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      In assessing CEO reputation management, I often draw from a survey that proffered gravitas as a core quality in leadership presence. Specifically, these six qualities of gravitas, that I use as a guideline when I work with leaders in developing executive presence.

      leadershipConfidence. The feeling or belief that one can rely on someone or something; firm trust.
      As a start, I find that executives often confuse confidence with hubris. Hubris, which is defined as an excessive pride or self-confidence, often comes from the ego and manifests as “I’m the smartest person in the room.”

      True confidence, however, the type that builds trust and is critical to CEO reputation management, is inclusive and empowering. “I’m smart, but I’m secure enough to let your thoughts, ideas and opinions make a difference.”

      Decisiveness. The ability to make decisions quickly and effectively. We’ve all worked for leaders who have analysis paralysis. A leader who knows how to take in all the information, sort it out and within a reasonable period of time decide on a course of action enjoys a reputation for sober action.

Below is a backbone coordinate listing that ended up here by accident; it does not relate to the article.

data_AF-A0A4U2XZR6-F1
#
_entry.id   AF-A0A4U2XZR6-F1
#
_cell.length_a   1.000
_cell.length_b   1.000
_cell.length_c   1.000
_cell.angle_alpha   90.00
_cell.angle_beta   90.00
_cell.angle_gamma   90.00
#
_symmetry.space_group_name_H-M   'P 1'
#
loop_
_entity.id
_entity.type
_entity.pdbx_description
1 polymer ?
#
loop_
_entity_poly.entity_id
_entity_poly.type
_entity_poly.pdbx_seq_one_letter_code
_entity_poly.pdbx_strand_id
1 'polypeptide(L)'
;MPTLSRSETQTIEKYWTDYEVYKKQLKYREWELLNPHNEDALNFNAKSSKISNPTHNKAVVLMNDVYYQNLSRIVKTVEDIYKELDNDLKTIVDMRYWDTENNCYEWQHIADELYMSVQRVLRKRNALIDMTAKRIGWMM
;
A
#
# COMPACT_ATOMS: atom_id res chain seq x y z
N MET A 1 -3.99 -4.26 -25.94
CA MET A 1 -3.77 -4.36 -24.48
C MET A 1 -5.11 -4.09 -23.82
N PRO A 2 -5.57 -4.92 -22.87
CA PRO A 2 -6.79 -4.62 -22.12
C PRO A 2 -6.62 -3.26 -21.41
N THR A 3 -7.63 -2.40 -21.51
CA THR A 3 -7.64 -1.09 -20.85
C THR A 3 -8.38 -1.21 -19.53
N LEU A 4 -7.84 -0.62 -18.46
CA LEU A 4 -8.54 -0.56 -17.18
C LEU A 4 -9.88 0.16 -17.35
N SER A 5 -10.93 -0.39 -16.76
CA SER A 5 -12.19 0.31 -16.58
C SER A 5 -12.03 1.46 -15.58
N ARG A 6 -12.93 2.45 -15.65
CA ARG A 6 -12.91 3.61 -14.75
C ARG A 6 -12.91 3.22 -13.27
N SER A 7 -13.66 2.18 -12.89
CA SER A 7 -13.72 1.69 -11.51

Integrity. The quality of being honest. Less about morality than being known for giving and keep your word, it can be as simple being on time and doing what you promised. At a deeper level, however, integrity means telling the truth about any given situation. In other words, “Say what you mean and mean what you say.”

      Emotional intelligence. The capacity to be aware of, control and express one’s emotions, and to handle interpersonal relationships judiciously and empathetically. One of the biggest challenges I have when working with a client on developing executive presence is getting them to even find their feelings.

      Often when I ask a leader “How do you feel?” I get back something generic such as fine, good, bad, okay. These, however, are not feelings. Feelings are more specific; i.e., confused, happy, frustrated, joyful, etc. The more you can identify what your specific feelings are, the more you can engage your emotional intelligence.

      Vision. The faculty or state of being able to see. Imagination. “We’re here, we want to be there, and here’s how we’re going to get there.” When it comes to CEO reputation management, leaders who have a clear idea of the future they want to create (and know how to powerfully talk about it) win hands down.

      Reputation. The beliefs or opinions that are generally held about someone or something. The bottom line is that developing executive presence requires paying attention to the reputation you currently have — as well as the one you desire. Leaders with a strong positive presence pay attention to how they are perceived by their staff, co-workers, customers and the business community at large.